Engaging employees is becoming increasingly difficult with the explosion of digital distractions. Today, many people are so deeply entrenched in their technology that can only see the pavement ahead and not the horizon. This hurts their ability to think critically and plan for the long term. As a manager, I must consistently work to stay ahead of technology and use it as a way to “lift up” everyone’s perspective.
Question 4: At times, you have to make hard decisions. What do you take into consideration when making those decisions and what aids you in the process?
My faith in God sustains me through every management decision – even the most difficult. Every morning, I immerse myself in a daily scripture reading, so that I might center my mind. I believe firmly that everything that I do should glorify God. At times, this includes making difficult or unpopular decisions. I do not look to my boss or to my employees for my validation. My trust is in God and that through Him, I can do all things.
Question 5: What traits do you look for in a team member or an employee?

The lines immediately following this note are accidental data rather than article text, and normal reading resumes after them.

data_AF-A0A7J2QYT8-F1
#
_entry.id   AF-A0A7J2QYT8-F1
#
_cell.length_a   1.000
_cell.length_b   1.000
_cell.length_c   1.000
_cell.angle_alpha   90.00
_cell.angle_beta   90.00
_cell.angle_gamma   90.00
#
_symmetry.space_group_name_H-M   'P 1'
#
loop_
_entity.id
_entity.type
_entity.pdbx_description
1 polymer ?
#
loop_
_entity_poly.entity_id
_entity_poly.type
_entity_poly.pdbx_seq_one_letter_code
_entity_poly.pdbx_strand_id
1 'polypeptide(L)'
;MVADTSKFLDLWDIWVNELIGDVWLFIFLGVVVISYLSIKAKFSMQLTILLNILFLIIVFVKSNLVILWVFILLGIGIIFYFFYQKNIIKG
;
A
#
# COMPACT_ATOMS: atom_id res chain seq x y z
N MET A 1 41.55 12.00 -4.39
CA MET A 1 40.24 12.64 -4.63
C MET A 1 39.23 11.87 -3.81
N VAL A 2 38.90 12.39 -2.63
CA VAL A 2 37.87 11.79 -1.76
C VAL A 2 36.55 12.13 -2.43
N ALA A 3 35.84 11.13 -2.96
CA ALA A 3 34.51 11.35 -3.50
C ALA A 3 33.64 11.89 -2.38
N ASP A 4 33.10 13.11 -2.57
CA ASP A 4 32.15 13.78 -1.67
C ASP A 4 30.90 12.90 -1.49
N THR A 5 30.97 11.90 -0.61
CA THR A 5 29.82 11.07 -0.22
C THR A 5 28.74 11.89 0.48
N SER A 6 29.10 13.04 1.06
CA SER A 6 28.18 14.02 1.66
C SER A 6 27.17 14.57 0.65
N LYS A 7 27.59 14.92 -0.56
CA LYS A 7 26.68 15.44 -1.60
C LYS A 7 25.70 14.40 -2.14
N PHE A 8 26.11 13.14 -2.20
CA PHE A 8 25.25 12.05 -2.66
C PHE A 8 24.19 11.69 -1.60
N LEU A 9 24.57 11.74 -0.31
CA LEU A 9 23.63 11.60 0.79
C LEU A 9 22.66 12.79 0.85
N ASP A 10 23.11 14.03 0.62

During every interview, I always ask a candidate to tell me about a passion that they have outside of work. I love hearing the answers, because this is when a person reveals his true character. I will often ask question after question, trying to truly understand the nuance of the passion. I often tell my children to “be passionate about something… anything.”
Question 6: It has been said that while it’s important for employees to think like a team, it is also important for employees to understand that – like entrepreneurs – they are ultimately responsible for their own success or failure. Do you agree with that and, if so, how do you encourage an entrepreneurial mindset in those you lead?
I agree with the statement. I have found that the trick to encouraging an entrepreneurial spirit is to create a “risk-free environment.” Employees must be encouraged to experiment with new ideas, without the threat of criticism. Through the global financial crisis, many employees have become terrified of unemployment. As a result, some people have defaulted to making the “safe bet.” Managers want employees who are intellectually curious and eager to grow. In return, managers must provide an environment where they feel safe.
Question 7: Outside of your job, you also have a leadership position with non-profits or charities. How is that different with respect to how you lead or work with others?